Wednesday, 28 September, 2022

SINGAPORE: Singtel, StarHub in talks with rights owner FIFA over 2022 World Cup broadcasting rights

SINGAPORE Singtel, StarHub in talks with rights owner FIFA over 2022 World Cup broadcasting rights

SINGAPORE: Singtel and StarHub are in negotiations with FIFA over broadcast rights for the 2022 World Cup, said the two pay-TV operators.

They confirmed this in response to CNA’s queries on Thursday (Aug 18), but said they are unable to comment further on the matter.

The 2022 World Cup kicks off in Qatar on Nov 20, with the opening match pitting the host against Ecuador.

It will be the first time a World Cup is staged in the Middle East. To avoid the region’s punishing summer heat, the tournament has been pushed back to later in the year than its typical June to July schedule.

Providing CNA with his analysis, Deloitte Southeast Asia’s Sports Business Group leader James Walton said he expects that “the deal should be sealed and formally announced by the last week of September”.

“With the World Cup, broadcasters need people to sign up and buy packages, and they would need a two-month runway at least,” he said.

“The longer runway means that they can offer price differentiation and early bird packages, allowing the broadcasters to market the packages at lower prices even if the ultimate price may be a little bit higher.

“So, it is unlikely they would want to go past the first week of October to start promoting these packages.”

During the last World Cup in 2018, Singtel, StarHub and Mediacorp collaborated for the first time to offer complete coverage of the tournament, with all three broadcasters showing all 64 games.

The World Cup package was priced at S$94.16 in an early bird promotion, and thereafter cost S$112.35 – unchanged from the rates during the 2014 World Cup.

Mr Walton said that he expects package prices to remain in the same ballpark, amid concerns in Singapore about inflation and the rising cost of living.

“We can expect that these telcos and broadcasters will be cautious about further exacerbating these concerns and potential backlash. Also, competition from over-the-top platforms will affect the pricing,” he said.

“It is very likely that the packages will stay as close to (the) same pricing of previous similar packages as possible.”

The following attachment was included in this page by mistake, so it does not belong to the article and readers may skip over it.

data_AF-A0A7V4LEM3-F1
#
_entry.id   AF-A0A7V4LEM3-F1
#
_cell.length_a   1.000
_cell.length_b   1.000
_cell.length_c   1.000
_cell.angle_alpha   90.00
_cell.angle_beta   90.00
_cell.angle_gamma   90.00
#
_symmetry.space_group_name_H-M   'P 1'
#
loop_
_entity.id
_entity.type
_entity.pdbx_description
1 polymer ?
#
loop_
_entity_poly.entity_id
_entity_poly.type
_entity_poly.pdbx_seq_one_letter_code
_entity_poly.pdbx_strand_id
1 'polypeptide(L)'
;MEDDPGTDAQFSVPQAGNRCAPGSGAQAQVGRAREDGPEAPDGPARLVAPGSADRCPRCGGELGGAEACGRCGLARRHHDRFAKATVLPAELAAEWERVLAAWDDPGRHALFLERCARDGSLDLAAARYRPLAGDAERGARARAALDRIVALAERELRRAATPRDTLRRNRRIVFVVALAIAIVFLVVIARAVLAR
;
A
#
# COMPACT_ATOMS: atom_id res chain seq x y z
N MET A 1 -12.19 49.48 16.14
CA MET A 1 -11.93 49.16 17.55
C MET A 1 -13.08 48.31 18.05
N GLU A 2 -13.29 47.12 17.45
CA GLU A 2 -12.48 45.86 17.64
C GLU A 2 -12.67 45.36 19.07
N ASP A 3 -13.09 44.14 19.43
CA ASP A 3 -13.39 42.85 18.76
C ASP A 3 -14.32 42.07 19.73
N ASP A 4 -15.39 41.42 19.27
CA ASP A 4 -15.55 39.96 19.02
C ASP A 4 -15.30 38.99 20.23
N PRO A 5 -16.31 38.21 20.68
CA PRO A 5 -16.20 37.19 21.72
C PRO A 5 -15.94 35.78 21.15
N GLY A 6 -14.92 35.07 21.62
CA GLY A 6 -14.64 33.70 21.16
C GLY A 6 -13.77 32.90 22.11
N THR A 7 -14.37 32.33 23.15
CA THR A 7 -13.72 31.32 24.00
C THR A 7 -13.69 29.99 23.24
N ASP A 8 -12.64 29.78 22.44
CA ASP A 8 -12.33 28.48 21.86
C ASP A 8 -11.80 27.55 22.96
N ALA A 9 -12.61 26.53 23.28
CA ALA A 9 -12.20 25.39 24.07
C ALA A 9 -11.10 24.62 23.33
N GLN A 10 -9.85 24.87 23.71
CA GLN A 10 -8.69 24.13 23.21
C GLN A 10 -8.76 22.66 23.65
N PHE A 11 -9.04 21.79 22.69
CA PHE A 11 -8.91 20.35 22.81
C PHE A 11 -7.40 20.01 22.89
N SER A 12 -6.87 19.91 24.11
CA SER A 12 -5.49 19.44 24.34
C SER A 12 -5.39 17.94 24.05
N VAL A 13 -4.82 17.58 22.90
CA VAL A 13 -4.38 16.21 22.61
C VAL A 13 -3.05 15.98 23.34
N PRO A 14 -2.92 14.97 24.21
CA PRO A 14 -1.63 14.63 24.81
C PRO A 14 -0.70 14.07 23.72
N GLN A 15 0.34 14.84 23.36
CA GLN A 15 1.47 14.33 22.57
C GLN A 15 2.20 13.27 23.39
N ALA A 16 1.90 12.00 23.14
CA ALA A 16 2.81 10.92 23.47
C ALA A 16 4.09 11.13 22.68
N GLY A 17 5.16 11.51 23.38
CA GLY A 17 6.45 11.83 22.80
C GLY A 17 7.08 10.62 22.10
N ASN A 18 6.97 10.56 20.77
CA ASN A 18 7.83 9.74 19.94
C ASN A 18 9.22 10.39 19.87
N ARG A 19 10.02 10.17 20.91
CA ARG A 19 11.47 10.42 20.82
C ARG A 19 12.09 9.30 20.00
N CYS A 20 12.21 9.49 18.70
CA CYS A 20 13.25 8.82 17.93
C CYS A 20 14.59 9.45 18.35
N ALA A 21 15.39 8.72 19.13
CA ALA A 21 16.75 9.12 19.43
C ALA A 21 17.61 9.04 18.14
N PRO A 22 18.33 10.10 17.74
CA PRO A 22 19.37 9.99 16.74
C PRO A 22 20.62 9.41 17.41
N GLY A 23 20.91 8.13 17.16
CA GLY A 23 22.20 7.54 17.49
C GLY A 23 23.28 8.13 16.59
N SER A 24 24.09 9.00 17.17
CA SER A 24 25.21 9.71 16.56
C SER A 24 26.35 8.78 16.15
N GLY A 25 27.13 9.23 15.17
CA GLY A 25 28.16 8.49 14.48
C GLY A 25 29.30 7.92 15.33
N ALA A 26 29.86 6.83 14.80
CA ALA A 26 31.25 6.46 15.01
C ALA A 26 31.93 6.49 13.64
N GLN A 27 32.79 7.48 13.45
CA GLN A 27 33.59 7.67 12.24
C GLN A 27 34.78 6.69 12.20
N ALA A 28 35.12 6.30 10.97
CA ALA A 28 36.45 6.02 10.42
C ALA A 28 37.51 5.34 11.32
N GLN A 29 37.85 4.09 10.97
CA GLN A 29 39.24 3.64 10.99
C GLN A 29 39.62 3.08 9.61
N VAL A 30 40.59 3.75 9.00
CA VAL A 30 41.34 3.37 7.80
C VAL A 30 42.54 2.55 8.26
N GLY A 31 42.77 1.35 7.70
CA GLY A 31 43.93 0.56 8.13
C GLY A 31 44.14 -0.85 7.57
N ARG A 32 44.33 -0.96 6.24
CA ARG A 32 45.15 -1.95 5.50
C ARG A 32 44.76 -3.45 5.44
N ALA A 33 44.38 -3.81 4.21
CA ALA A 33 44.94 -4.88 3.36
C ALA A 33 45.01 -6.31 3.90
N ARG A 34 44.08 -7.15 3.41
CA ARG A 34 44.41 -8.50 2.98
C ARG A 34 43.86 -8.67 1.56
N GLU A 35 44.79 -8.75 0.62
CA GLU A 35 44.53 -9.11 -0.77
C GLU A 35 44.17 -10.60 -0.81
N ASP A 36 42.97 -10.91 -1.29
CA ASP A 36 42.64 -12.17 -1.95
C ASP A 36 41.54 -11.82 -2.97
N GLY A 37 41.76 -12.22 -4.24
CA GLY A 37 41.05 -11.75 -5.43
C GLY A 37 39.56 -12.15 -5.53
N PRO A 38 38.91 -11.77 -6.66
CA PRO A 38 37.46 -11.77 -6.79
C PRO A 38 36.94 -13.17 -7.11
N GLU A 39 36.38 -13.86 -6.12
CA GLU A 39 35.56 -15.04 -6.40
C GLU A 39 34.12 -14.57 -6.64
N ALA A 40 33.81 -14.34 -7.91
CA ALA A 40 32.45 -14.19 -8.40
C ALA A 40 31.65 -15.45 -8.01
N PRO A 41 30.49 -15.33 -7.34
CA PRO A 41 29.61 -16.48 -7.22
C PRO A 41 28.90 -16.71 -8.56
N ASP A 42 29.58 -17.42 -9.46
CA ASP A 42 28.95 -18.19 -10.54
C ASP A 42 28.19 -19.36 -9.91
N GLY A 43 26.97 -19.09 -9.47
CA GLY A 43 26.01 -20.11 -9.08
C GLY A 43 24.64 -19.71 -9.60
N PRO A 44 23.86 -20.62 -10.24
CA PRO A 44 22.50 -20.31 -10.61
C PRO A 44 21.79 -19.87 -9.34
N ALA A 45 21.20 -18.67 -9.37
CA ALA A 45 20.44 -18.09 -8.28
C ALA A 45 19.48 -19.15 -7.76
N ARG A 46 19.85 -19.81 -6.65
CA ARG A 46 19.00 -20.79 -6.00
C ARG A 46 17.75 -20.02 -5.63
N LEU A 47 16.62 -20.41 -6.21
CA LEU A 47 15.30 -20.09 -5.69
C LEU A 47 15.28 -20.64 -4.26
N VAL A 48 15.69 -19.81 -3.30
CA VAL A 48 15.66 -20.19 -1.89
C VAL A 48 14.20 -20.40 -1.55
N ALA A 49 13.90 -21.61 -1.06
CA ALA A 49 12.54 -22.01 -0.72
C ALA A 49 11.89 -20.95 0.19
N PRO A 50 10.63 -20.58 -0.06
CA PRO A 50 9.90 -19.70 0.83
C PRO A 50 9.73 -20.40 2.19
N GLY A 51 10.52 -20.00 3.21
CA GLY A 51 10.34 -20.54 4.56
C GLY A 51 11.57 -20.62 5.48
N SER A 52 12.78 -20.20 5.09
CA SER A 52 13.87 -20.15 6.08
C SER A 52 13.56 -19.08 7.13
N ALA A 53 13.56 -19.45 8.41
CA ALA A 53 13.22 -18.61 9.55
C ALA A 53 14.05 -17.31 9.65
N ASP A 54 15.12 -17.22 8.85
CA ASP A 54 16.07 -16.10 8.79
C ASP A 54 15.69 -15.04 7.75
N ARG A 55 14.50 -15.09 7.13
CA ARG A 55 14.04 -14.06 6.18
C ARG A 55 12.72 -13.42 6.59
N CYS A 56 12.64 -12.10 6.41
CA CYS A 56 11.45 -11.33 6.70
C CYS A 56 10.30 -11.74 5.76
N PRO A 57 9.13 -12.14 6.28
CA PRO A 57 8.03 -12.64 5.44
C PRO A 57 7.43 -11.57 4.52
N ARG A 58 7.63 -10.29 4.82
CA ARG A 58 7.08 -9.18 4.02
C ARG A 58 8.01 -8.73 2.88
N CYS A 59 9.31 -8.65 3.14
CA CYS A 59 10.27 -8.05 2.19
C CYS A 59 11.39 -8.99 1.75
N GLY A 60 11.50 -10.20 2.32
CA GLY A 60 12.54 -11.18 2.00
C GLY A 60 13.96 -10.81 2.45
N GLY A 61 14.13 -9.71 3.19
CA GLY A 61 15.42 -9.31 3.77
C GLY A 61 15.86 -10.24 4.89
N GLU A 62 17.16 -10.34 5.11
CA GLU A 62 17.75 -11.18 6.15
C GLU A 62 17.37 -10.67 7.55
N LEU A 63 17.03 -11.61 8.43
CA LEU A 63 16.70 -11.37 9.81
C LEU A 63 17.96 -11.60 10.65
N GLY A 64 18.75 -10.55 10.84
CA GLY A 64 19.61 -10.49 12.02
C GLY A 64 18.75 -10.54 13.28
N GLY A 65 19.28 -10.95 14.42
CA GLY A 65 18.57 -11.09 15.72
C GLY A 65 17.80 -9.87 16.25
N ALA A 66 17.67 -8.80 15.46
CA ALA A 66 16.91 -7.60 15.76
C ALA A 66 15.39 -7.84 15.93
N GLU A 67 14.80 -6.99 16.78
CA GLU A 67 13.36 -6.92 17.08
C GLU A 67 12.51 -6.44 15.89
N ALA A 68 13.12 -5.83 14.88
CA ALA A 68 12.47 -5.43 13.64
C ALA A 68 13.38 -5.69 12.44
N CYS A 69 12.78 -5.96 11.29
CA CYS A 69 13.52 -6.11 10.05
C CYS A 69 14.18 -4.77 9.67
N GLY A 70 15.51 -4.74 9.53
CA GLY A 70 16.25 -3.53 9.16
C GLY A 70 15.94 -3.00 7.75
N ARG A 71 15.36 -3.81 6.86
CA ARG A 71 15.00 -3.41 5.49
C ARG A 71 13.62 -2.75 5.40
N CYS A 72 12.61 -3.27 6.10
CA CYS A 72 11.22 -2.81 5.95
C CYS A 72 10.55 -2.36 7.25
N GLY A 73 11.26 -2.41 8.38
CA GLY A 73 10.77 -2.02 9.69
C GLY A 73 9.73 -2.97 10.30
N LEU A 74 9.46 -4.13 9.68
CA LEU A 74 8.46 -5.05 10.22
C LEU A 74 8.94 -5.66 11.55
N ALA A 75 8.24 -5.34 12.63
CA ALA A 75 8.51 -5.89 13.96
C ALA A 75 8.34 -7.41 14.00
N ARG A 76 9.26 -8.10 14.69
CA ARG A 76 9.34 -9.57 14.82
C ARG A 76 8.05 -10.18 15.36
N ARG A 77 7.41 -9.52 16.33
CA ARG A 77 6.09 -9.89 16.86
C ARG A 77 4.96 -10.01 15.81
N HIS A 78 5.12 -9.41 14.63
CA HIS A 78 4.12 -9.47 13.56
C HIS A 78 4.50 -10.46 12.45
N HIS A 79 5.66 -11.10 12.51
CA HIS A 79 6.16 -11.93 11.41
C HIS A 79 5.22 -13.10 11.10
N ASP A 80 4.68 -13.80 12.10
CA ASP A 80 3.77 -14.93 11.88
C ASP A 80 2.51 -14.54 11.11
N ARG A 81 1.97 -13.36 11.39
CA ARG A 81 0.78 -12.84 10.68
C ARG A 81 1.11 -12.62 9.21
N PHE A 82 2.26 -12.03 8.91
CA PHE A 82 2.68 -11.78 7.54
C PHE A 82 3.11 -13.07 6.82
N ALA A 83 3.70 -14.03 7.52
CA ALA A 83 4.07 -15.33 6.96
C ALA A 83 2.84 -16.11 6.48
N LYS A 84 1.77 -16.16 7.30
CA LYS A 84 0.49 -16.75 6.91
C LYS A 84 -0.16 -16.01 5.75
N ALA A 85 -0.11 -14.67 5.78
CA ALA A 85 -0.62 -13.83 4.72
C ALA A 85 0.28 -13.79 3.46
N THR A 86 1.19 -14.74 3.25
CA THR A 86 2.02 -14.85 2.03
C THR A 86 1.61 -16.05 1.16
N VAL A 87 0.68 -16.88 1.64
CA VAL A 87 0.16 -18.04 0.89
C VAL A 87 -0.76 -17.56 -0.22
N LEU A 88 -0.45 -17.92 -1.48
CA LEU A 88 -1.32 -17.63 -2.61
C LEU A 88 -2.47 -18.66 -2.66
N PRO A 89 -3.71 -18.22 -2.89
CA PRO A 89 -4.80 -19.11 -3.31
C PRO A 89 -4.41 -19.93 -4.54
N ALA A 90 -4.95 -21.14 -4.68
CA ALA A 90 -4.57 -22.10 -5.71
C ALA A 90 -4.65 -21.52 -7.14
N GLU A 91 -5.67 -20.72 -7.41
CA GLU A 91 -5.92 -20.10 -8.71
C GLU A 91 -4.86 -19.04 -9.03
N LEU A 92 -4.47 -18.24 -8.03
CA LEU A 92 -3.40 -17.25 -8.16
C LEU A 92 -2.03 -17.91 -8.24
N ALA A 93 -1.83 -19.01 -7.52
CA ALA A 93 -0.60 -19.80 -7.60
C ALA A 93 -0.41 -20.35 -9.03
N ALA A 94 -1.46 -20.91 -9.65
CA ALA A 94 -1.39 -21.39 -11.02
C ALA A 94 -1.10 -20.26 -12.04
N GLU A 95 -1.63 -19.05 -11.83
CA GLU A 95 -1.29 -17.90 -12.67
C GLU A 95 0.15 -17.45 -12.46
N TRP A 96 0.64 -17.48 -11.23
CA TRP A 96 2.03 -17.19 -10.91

During the 2018 tournament, Mediacorp also broadcast nine matches for free on Okto, five more than in previous years.

The People’s Association had in the past organised free live screenings for the public. Four years ago, it screened the World Cup games at 55 community clubs and Our Tampines Hub.


In Southeast Asia, countries like Malaysia, the Philippines and Indonesia have already secured the rights to broadcast the matches.

Malaysia’s Communications and Multimedia Minister Annuar Musa said last Sunday that 41 matches – 27 live and 14 delayed – will be shown free on Radio Television Malaysia (RTM).

The games will be on three channels – TV2, TV Okey, Sukan RTM – and also livestreamed via RTM Klik.

He also said RTM would bear the RM32.5 million (US$7.3m) cost but hoped that private and government-linked companies can chip in.

In Indonesia, media group Emtek has acquired the rights.

The broadcaster will televise the tournament on terrestrial free-to-air channels SCTV, Indosiar, O Channel and Mentari TV, its Champions TV sports pay-television channels, and on its Vidio streaming platform.

The Philippines’ TAP Digital Media Ventures is the country’s official broadcaster for the tournament. It will air the matches via pay-per-view channel WC TV.

Consumers will be able to watch all the live matches with the “All Access Pass” which costs 1,999 pesos (US$36).

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